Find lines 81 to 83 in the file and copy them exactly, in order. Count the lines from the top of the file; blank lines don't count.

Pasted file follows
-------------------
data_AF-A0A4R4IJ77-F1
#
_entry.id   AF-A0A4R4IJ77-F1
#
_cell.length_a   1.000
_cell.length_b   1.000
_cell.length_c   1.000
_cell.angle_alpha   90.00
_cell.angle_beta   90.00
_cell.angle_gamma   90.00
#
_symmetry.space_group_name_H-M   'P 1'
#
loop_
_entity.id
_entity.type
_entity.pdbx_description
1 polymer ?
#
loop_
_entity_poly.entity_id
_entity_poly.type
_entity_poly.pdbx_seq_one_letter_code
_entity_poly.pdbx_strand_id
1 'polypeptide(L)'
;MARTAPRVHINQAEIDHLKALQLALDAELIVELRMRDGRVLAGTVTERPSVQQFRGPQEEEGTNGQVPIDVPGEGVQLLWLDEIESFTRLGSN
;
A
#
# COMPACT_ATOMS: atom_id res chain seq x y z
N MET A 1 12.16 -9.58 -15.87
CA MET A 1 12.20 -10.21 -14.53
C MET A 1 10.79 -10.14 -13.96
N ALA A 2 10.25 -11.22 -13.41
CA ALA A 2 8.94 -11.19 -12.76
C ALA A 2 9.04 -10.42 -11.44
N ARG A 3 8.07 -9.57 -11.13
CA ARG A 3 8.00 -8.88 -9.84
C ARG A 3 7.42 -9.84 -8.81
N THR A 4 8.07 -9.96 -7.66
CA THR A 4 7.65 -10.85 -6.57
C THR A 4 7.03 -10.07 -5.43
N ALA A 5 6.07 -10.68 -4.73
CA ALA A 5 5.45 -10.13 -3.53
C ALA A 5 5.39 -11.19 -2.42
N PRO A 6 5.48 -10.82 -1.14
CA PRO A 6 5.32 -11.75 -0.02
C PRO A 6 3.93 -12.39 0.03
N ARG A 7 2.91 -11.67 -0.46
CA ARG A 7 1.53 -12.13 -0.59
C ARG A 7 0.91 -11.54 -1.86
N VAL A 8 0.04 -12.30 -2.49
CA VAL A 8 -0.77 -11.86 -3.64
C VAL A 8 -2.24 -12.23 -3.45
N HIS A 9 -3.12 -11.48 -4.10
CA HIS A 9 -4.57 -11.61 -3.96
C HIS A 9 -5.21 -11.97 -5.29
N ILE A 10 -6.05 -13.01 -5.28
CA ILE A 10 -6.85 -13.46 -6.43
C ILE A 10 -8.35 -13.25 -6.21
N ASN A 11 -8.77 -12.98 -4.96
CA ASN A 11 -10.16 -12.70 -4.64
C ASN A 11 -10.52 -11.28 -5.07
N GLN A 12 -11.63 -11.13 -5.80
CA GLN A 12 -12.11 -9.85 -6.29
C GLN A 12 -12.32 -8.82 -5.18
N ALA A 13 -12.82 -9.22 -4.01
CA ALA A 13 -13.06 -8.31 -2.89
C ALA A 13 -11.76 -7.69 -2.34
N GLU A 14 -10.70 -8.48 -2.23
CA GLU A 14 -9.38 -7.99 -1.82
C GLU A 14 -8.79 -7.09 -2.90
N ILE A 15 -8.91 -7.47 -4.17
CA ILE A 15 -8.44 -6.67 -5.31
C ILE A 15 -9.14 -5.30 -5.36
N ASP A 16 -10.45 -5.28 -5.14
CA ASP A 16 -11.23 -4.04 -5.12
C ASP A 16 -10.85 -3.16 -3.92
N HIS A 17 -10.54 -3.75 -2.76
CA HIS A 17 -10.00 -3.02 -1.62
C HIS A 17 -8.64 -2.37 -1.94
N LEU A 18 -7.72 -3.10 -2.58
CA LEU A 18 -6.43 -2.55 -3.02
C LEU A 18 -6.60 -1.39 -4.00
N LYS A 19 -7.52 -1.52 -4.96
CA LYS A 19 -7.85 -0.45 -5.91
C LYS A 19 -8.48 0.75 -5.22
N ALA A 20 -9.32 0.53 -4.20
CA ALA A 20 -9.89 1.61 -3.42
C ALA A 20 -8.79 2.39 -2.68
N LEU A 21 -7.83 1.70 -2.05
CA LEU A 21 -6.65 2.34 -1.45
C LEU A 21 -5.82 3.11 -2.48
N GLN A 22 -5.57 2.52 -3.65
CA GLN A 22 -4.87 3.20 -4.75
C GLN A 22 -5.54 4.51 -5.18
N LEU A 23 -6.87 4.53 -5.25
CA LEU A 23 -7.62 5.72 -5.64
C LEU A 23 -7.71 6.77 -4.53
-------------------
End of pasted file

C HIS A 17 -8.64 -2.37 -1.94
N LEU A 18 -7.72 -3.10 -2.58
CA LEU A 18 -6.43 -2.55 -3.02